3rd International Conference, 17-19 September, Athens, Greece.
Mike Phillips keynotes [reciproCITY – from data to ta-da!]
Hybrid City is an international biennial event dedicated to exploring the emergent character of the city and the potential transformative shift of the urban condition, as a result of ongoing developments in information and communication technologies (ICTs) and of their integration in the urban physical context. It aims to promote dialogue and knowledge exchange among experts drawn from academia, as well as researchers, artists, designers, advocates, stakeholders and decision makers, actively involved in addressing questions on the nature of the technologically mediated urban activity and experience. The second installment of the Hybrid City, that took place in 2013 boasted seven keynote speakers, sixty-eight paper presentations and diverse parallel events, that were documented in the printed volume of proceedings.
Hybrid City Conference 2015 in Athens, Greece will consist of three days of paper presentations, panel discussions, workshops and satellite events, under the theme “Data to the People”. The events are organized by the University Research Institute of Applied Communication (URIAC), in collaboration with New Technologies Laboratory, of the Faculty of Communication and Media Studies, of the University of Athens. The main venue of the conference is the central, historic building of the University of Athens, while workshops, projects’ presentations and parallel events will take place in other University venues and collaborating centers and institutions, in the center of Athens.
reciproCITY – from data to ta-da!
The harvesting of data from citizens, communities and buildings is a contemporary obsession.  It is a concern that the desire to build real-time data models should so strangely mimic the historical preoccupation with building traditional architectural models. The history of vaulting ambition in urban planning is littered with photographs of the architect, town planner and City Mayor looming over a balsa wood and card model of the future. The sense of distance, dominance and control is tangible. And this history is being recycled in Smart Cities all over the planet.
Pronunciation: /ˈdeɪtə/
Definition of data in English:
da·ta \ˈdā-tə, ˈda- also ˈdä-\
Facts and statistics collected together for reference or analysis:
“Data is a precious thing…” (Berners-Lee, T.)
1: factual information (such as numbers or symbols) used to make decisions, inform policy or calculate solutions
2: Facts are simple and facts are straight. Facts are lazy and facts are late. Facts all come with points of view. Facts don’t do what I want them to. Facts just twist the truth around… (Byrne, D. Eno, D. et al)
3: Numerical values generated by a sensor, such as environmental or biological monitor.
4: ta-da spelt backwards (see ta-da)
Mid 17th century (as a term in philosophy): from Latin, plural of datum.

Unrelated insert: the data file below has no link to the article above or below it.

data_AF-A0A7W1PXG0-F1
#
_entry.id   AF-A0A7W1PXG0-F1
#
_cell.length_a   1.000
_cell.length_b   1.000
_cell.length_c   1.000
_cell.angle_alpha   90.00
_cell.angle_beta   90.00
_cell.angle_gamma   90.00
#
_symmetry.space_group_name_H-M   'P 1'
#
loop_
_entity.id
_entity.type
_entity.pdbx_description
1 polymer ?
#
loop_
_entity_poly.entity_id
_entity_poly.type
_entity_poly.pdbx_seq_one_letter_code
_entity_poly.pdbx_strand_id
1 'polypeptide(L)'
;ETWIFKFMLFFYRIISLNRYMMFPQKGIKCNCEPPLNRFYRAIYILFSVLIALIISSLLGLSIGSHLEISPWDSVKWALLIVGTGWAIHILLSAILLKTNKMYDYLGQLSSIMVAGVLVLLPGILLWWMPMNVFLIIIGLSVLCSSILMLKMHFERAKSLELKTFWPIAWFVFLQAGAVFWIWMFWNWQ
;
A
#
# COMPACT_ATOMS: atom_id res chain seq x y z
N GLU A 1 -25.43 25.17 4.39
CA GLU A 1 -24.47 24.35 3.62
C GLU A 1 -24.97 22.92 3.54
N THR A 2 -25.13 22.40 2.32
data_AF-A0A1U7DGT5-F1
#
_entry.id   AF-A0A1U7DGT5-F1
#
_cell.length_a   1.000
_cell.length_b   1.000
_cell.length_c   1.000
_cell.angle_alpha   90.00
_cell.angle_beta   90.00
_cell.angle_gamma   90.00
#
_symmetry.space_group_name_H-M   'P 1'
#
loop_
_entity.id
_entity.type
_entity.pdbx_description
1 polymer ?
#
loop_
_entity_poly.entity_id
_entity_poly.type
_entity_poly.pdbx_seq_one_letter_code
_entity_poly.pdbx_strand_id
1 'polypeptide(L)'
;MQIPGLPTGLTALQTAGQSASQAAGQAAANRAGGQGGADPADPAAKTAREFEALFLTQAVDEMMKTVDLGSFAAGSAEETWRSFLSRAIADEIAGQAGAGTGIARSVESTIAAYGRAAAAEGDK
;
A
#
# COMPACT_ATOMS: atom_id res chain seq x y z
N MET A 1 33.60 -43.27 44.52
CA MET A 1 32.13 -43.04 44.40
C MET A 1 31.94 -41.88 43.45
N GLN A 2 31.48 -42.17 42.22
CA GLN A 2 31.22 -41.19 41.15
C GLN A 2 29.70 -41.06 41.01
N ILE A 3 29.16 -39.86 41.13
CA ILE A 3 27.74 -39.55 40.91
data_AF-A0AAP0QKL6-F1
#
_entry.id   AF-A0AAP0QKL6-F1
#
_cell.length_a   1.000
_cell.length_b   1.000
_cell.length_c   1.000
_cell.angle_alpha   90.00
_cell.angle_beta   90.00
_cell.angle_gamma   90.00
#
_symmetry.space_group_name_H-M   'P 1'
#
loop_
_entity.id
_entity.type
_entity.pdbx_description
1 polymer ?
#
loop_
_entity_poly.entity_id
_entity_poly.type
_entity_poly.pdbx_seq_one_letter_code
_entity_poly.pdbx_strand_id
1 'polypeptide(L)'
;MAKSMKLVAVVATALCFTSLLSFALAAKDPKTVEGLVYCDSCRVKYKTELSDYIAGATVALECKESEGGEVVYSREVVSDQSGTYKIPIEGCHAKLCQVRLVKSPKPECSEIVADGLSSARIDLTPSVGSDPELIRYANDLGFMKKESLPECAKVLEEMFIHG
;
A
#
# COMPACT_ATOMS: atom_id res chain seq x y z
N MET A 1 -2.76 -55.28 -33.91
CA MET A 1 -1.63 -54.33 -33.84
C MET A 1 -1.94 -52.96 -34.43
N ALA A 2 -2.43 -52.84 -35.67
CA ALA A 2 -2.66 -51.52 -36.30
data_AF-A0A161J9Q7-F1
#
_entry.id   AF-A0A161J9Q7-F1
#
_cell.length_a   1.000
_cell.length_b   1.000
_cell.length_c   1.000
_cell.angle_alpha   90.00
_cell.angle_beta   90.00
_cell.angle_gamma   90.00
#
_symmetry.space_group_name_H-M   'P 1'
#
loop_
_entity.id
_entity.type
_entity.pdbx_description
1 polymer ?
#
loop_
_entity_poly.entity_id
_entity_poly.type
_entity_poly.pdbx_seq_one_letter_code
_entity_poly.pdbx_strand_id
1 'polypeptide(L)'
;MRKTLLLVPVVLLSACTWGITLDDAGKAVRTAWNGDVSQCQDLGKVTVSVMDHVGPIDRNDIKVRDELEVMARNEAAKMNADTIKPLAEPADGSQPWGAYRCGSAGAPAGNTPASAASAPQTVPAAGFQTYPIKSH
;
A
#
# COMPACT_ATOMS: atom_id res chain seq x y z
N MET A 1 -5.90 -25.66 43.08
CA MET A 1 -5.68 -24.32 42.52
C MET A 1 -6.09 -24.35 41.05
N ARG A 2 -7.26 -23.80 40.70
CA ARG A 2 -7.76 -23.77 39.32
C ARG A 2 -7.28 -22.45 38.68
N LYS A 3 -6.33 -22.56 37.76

Most cities are littered with data sets, trapped in preparatory software and a variety of incompatible formats. Before meaningful modelling can commence there is usually a need for a significant data archaeology, cleansing and standardisation through a rigorous curatorial process. Or maybe it is simpler to forget the past and start the harvest afresh. Either way data is useless without effective analytics.
It is extremely difficult to see patterns and relationships in diverse data sets. The coupling of qualitative and quantitative data is problematic and even the interpretation of correlations between disparate data sets is challenging, often requiring, either hypothesis driven or good old fashioned intuitive decision making.
In addition to the easily measurable metrics and indices, the social and economic, a more holistic approach to capturing the intangible impacts of civic activity, such as mood, feelings, participation and engagement is needed.  These qualitative metrics provide real-time feedback on how the City ‘feels’ and have the potential to encourage a greater democratic engagement and reciprocity between stakeholders.
Complex data analytics such as hotspot detection, correlation of data sets, sentiment analysis and analytical models based on modern integrative, sub-symbolic, computational techniques (Artificial Neural Networks, Self-Organising Maps and Deep Learning Networks) need to be deployed to generate new meaning from human urban behaviour. Primarily used in robotics and the complex analysis of economic data, these techniques offer great potential for the social and cultural sector to better understand and utilise qualitative and quantitative data, offering new analytical and predictive methods and tools which could assist in enhancement of reciprocal democratic processes, planning and engagement. Some kind of magic.
Pronunciation: /təˈdɑː/
(also ta-dah)
Definition of ta-da in English:
exclamation / interjection
“abracadabra, ta-da!” (Houdini, H.)
1: A simulated trumpet fanfare (typically to emphasise an extraordinary entrance, point or revelation.) Often following a dramatic build up and complemented by jazz hands and an exclamation mark.
2: data spelt backwards (see data)
Mid BC (possibly predates the invention of the trumpet): from Latin, plural of ta-datum.
Some kind of alchemy, a different kind of model. With a focus on real-time analytics and processes for directly engaging individuals and communities, this presentation zooms in on the little bits and bytes of data, the smiles, nods, “hello’s” and “thankyou’s”, the myriad of micro transactions that calculate in real-time the value (- &+) of a social urban landscape.